Bitcoin Faces Potential Protocol-Level Censorship as Regulatory Pressure Mounts on Miners


Bitcoin miners are grappling with increasing regulatory scrutiny, as pressure builds for them to monitor and filter transactions linked to addresses with criminal connections. The risk of major mining pools implementing transaction filtering for sanctioned addresses could usher in a new era of protocol-level censorship for Bitcoin.

Regulatory Landscape 

While miners currently rarely decline transactions for sanctioned addresses, the growing regulatory focus on the cryptocurrency industry, particularly in the United States, has raised concerns. U.S. regulators, including the Office of Foreign Assets Control (OFAC), could view miners providing services to individuals on sanctions lists as materially supporting sanctioned persons, potentially leading to sanctions on the service providers.

Censorship as a Future Practice

Experts, such as Ben Hutten from law firm Orrick and Christopher Bendiksen of CoinShares, foresee a future where some miners may start censoring transactions associated with addresses on the OFAC list. This could become a cost of doing business for miners in Western countries.

Early Warning Signs 

Recent observations indicate a potential shift towards censorship. A bitcoin researcher identified instances where major mining pools, including ViaBTC, F2Pool, and Foundry, did not include transactions involving OFAC-sanctioned addresses in their blocks. While this may be an isolated event, some believe it could be an early sign of miners voluntarily imposing anti-money laundering measures.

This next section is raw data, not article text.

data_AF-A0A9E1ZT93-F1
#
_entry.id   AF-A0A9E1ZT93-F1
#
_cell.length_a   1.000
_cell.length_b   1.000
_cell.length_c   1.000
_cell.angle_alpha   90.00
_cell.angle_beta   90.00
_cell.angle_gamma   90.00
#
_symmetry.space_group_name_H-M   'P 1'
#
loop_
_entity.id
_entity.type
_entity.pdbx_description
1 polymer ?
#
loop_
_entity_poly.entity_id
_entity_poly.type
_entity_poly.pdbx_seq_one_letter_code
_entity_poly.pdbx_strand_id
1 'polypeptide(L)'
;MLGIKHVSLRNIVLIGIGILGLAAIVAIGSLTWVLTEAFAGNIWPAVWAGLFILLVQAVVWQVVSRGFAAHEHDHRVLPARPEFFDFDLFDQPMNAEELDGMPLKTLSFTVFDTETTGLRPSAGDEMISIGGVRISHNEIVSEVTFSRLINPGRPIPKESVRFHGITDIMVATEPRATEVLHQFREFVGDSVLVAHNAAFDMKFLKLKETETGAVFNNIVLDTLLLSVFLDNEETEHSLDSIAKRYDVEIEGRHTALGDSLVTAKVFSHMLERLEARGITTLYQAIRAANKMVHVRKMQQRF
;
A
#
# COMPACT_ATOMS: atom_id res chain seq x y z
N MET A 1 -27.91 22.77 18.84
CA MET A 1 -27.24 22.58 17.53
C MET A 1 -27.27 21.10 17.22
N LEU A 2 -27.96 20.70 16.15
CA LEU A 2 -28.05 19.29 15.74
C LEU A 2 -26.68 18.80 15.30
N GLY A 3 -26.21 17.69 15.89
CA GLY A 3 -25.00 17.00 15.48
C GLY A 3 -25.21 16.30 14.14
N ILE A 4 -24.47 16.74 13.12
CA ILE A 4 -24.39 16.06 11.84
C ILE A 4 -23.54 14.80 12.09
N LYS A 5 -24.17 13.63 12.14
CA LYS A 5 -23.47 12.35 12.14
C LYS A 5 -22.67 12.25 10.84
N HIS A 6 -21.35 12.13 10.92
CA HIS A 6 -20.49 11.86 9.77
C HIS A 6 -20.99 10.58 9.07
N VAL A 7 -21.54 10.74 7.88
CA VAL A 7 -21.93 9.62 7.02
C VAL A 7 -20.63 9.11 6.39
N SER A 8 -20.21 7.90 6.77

Rising Pressure on Miners 

Miners are becoming more cautious due to the escalating pressure from regulators. OFAC and the Financial Crimes Enforcement Network (FinCEN) have demonstrated their willingness to take innovative measures against the crypto industry, such as designating cryptocurrency mixing as a primary money laundering concern.

Potential Future Developments 

Concerns about compliance are growing in the industry, with the possibility of miners, especially in the U.S., facing increased regulatory scrutiny. The past move by Marathon Digital to briefly introduce transaction filtering and subsequent discontinuation highlights the industry's recognition that compliance with regulations is inevitable, even if unpopular.


As the regulatory landscape evolves, miners may find themselves navigating the delicate balance between compliance and economic viability. The potential for miners to filter transactions from sanctioned addresses could reshape the future of Bitcoin, raising questions about the decentralized nature of the cryptocurrency and its susceptibility to regulatory pressures.

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